Preventing water crises
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Preventing water crises

One of the driest and warmest summers in Germany

This year’s was the third hottest summer in Germany since the beginning of regular meteorological records in 1881, according to preliminary data from the Federal Meteorological Service.

Based on an analysis that took into account forecasts for the last two days of August, the average temperature for the season was 19.2 degrees Celsius, 2.9 degrees above the long-term average.

The previous summer was
even warmer, with
an average temperature
of 19.3 degrees, while
the hottest summer of the
last 138 years was in 2003,
with an average temperature
of 19.7 degrees.

This summer brought a new record high with an extremely strong heat wave, during which, from 24 to 26 July, temperatures rose above 40 degrees Celsius for three consecutive days, and a new historic record of 42.6 degrees was measured, which is more than 2 degrees above the previous record of 40.3 degrees, recorded in August 2015.

Bathers at the lakeside, Haltern am See, 24 July 2019 Photo: MTI/EPA/Friedemann Vogel

This summer has not only been exceptionally warm but also dry in Germany, with an average of 175 millimetres of rain per square metre, which is 27 percent below the usual 239 millimetres. A number of regions suffered severe drought: in a wide stretch from North Rhine-Westphalia to the southern part of Brandenburg, rainfall was only a half, in places only a third of the long-term average.

In a number of federal states,
the soil dried the most since
regular soil humidity
measurements were
started in 1961.

The national average of sunny hours was 755, up 25 percent from the usual level, and making the summer of 2019 the fourth sunniest summer since 1951.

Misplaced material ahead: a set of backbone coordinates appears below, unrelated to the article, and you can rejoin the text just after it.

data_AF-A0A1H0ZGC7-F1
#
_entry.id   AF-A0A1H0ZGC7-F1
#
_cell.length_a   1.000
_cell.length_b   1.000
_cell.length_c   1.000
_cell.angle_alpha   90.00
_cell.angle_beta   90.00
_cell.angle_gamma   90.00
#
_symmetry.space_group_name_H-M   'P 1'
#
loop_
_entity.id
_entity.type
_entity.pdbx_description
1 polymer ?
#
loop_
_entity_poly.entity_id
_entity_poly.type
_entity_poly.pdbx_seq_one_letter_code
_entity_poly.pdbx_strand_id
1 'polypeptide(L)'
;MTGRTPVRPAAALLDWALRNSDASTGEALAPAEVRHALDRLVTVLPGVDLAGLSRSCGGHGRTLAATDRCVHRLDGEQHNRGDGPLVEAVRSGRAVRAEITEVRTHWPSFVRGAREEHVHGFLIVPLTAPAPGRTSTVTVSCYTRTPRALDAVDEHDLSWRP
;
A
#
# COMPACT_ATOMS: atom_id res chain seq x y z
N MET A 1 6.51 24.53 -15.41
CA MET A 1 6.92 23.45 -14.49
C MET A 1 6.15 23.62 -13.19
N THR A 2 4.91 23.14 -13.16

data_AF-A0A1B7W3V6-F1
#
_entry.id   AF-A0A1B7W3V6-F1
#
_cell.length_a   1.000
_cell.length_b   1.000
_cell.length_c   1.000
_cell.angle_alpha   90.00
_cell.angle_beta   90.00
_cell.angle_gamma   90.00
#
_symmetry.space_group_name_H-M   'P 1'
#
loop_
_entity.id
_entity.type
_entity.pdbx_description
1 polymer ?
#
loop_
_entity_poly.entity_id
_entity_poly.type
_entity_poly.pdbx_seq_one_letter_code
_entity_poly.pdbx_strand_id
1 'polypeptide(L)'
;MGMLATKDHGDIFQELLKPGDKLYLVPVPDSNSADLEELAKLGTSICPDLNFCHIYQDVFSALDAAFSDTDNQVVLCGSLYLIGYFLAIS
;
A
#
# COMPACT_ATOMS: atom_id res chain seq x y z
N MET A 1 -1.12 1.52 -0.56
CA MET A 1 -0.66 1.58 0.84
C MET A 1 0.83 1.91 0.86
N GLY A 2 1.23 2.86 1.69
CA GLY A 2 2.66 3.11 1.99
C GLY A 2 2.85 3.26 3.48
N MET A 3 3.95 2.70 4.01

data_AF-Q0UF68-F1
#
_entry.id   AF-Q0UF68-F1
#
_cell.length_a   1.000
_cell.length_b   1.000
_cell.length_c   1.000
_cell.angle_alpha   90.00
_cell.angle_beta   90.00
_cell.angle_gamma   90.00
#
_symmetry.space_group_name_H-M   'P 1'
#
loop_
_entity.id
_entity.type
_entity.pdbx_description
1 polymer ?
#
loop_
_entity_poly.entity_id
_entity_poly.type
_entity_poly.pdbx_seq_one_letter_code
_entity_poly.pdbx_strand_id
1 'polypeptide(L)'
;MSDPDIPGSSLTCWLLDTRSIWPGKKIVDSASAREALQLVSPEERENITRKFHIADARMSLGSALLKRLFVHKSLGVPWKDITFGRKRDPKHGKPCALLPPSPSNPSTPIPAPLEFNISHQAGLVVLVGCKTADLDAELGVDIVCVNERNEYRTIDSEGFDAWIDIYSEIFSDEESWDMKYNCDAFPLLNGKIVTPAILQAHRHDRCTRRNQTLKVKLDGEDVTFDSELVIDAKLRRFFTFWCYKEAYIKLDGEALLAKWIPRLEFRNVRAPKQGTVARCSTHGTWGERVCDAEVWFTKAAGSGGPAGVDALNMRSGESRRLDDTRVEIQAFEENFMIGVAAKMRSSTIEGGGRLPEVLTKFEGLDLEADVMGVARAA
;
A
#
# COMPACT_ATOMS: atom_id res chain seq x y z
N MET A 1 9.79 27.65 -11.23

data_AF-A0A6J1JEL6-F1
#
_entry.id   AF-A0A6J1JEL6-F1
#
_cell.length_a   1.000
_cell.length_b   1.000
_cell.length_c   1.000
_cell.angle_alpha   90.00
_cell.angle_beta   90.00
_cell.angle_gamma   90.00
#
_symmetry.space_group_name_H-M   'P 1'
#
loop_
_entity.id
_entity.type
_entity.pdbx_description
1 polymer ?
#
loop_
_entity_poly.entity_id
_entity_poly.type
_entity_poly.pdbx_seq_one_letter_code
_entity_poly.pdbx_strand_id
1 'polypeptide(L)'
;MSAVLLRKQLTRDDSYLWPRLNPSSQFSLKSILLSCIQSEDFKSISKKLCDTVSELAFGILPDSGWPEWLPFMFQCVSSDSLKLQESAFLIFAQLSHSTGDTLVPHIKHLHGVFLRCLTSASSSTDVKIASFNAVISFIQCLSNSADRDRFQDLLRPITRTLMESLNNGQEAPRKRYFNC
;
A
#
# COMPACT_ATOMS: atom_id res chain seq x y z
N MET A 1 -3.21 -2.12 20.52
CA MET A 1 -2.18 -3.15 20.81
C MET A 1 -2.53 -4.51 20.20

The dried out banks of the River Elbe in the centre of Dresden, 10 July 2019 Photo: MTI/EPA/Filip Singer

Source: MTI – Hungarian News Agency

Further information: Deutscher Wetterdienst

Major cities that could share the fate of Cape Town

Cape Town’s historic water crisis was a wake-up call for the entire world. Something that had previously been unimaginable happened. If the targets set in the Paris Agreement are not reached, there is reason to fear that many other major cities could suffer a similar fate within a few decades. The example of Cape Town is a timely warning that chronic water shortages are already just around the corner.

Innovative solution: The Water Retainer in Morocco

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The last drops: seven bodies of water threatened by drying up

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What will become of you, Africa?

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Water scarcity leading to political conflict

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Hundreds of Australian towns face water crisis

Up to 180 thousand people may be left without drinking water due to the severe drought.

Water shortage threatens the Panama Canal

Extreme drought is putting one of the world’s most important trade routes at risk.

Extremely low water levels on the River Maros

The characteristic sand banks of the river have grown larger, some branches have dried out completely.

Millions left without water in Zimbabwe

Zimbabwe’s capital city, Harare, shut down its main water works on 23 September citing shortages of foreign currency to import chemicals required for water treatment. The situation may not only lead to a severe water shortage for the population, but also increases the risks of diseases carried by contaminated water, such as cholera.

European farming could suffer 16 percent loss by 2050 due to climate change

A comprehensive report by the European Environment Agency claims that over the next 30 years, agricultural yields could drop by up to 16 percent in Europe due to the phenomena accompanying climate change.